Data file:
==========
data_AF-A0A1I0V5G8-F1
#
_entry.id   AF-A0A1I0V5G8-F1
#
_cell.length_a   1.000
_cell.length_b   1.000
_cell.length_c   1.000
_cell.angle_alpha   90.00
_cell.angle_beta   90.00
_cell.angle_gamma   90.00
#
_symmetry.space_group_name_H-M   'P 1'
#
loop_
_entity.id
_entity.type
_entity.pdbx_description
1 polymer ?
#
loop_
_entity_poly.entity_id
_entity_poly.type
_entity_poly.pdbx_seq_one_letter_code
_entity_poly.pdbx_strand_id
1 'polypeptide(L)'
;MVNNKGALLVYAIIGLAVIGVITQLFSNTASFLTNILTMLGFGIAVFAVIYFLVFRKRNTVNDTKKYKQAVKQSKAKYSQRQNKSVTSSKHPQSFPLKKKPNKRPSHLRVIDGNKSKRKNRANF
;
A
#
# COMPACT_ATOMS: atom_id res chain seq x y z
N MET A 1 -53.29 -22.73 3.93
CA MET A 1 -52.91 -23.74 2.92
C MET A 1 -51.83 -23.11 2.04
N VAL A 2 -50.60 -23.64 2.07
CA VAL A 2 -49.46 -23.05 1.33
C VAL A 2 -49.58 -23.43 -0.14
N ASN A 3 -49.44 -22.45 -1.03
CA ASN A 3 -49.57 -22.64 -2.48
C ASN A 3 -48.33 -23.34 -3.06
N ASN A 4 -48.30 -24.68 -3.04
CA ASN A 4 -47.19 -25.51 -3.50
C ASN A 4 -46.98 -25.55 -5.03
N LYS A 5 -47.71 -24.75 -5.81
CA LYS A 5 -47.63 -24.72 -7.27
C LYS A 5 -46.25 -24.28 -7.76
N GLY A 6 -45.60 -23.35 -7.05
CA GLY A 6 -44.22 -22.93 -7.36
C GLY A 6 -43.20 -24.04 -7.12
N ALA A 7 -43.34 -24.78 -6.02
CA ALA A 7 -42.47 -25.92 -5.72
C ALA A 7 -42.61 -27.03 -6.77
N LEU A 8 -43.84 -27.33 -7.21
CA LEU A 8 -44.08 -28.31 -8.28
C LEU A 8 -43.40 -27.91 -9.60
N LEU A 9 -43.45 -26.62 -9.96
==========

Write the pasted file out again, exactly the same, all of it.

data_AF-A0A1I0V5G8-F1
#
_entry.id   AF-A0A1I0V5G8-F1
#
_cell.length_a   1.000
_cell.length_b   1.000
_cell.length_c   1.000
_cell.angle_alpha   90.00
_cell.angle_beta   90.00
_cell.angle_gamma   90.00
#
_symmetry.space_group_name_H-M   'P 1'
#
loop_
_entity.id
_entity.type
_entity.pdbx_description
1 polymer ?
#
loop_
_entity_poly.entity_id
_entity_poly.type
_entity_poly.pdbx_seq_one_letter_code
_entity_poly.pdbx_strand_id
1 'polypeptide(L)'
;MVNNKGALLVYAIIGLAVIGVITQLFSNTASFLTNILTMLGFGIAVFAVIYFLVFRKRNTVNDTKKYKQAVKQSKAKYSQRQNKSVTSSKHPQSFPLKKKPNKRPSHLRVIDGNKSKRKNRANF
;
A
#
# COMPACT_ATOMS: atom_id res chain seq x y z
N MET A 1 -53.29 -22.73 3.93
CA MET A 1 -52.91 -23.74 2.92
C MET A 1 -51.83 -23.11 2.04
N VAL A 2 -50.60 -23.64 2.07
CA VAL A 2 -49.46 -23.05 1.33
C VAL A 2 -49.58 -23.43 -0.14
N ASN A 3 -49.44 -22.45 -1.03
CA ASN A 3 -49.57 -22.64 -2.48
C ASN A 3 -48.33 -23.34 -3.06
N ASN A 4 -48.30 -24.68 -3.04
CA ASN A 4 -47.19 -25.51 -3.50
C ASN A 4 -46.98 -25.55 -5.03
N LYS A 5 -47.71 -24.75 -5.81
CA LYS A 5 -47.63 -24.72 -7.27
C LYS A 5 -46.25 -24.28 -7.76
N GLY A 6 -45.60 -23.35 -7.05
CA GLY A 6 -44.22 -22.93 -7.36
C GLY A 6 -43.20 -24.04 -7.12
N ALA A 7 -43.34 -24.78 -6.02
CA ALA A 7 -42.47 -25.92 -5.72
C ALA A 7 -42.61 -27.03 -6.77
N LEU A 8 -43.84 -27.33 -7.21
CA LEU A 8 -44.08 -28.31 -8.28
C LEU A 8 -43.40 -27.91 -9.60
N LEU A 9 -43.45 -26.62 -9.96